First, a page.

.- During his daily Mass Pope Francis reflected on how God lowers himself to converse on our level, and encouraged those present to make more moments of silence in order to prepare for the birth of Jesus.
“When we look at a father or a mother who speaks to their little child,” the Pope explained in his Dec. 12 daily homily, “we see that they become little and speak with a voice of a child and with the manners of children…That’s how the Lord speaks to us.”
Addressing those gathered for his Mass in the Vatican’s Saint Martha guesthouse, Pope Francis began by reflecting on the words of Isaiah from the day’s first reading in which the prophet assures the Israelites of God’s presence, and tells them not to fear.
What is important in this passage, the pontiff noted, is not only “what the Lord says” but also “how He says it.”
“When the child has a bad dream, he wakes up, cries...the father goes and says, ‘Don’t be afraid, don’t be afraid, I’m here,” the Pope explained, adding that “That’s how the Lord speaks to us…He is near.”
Reflecting on how parents often speak to small children in the tone of the little child, the pontiff observed that “Someone looking in from the outside might think, ‘This is ridiculous!’ They become smaller, right there, no?”
But they do this, the Pope explained, “because the love of a father and a mother needs to be close…to lower themselves to the world of the child.”
“If the father and mother spoke to them normally, the child would still understand,” he continued, “but they want to take up the manner of speaking of the child.”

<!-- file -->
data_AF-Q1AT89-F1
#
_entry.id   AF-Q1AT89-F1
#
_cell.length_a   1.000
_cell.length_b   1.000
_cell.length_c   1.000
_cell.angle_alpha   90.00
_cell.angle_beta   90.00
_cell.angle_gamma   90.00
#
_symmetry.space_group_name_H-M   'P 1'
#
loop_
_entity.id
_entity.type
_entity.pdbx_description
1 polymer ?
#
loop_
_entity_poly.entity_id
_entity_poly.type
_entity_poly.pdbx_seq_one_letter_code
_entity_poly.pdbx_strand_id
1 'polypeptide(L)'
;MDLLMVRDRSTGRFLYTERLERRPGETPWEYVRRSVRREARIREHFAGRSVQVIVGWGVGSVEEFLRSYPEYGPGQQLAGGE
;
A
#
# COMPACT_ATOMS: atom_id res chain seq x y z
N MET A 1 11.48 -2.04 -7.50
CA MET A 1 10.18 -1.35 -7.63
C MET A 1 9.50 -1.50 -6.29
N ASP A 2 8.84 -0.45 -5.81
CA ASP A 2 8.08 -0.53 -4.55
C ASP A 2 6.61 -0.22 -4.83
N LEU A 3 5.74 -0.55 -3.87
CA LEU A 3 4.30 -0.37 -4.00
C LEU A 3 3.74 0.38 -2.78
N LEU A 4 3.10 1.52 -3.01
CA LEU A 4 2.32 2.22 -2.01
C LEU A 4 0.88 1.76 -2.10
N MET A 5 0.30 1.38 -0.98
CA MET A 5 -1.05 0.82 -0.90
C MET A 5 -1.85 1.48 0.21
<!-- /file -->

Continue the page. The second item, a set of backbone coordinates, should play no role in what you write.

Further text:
“They come close, they become children. And so it is with the Lord.”
Recalling the Greek theologian’s “difficult” word “synkatábasi,” literally meaning “the condescension of God who comes down to make Himself one of us,” which is used to describe this attitude, Pope Francis noted how parents also say “ridiculous things” to their children.
“‘Ah, my love, my toy,’” and “all these things” are said, the Pope explained, stating that the Lord also speaks to us in this way, quoting Isaiah when he says “‘you worm Jacob…you are like a worm to me, a tiny little thing, but I love you so much.’”
“This is the language of the Lord, the language of the love of a father, of a mother,” reflected the pontiff, explaining that although we understand the word of the Lord, we also need to “see how He says it.”
“And we must do what the Lord does, do what He says and do it as He says it: with love, with tenderness, with that condescension towards the brethren.”
Referring then to Elijah’s encounter with God when the Lord came to him as “as sweet breeze,” or “sound of silence,” Pope Francis observed that “that is how the Lord draws near, with that resonance of silence that is proper to love. Without making a spectacle.”
“He becomes small in order to make me strong; He goes to death, with that condescendence, so that I might live.”
This silence, noted the Pope, “is the music of the language of the Lord, and we, in the preparation for Christmas, ought to hear it.”
“Normally, Christmas seems to be a very noisy holiday,” the pontiff explained, emphasizing that “it would do us good to have a little silence and to hear these words of love, these words of such nearness, these words of tenderness.”
“(Let us pray) for this,” he urged, “and to be silent in this time in which, as it says in the preface, we are watchful in waiting.”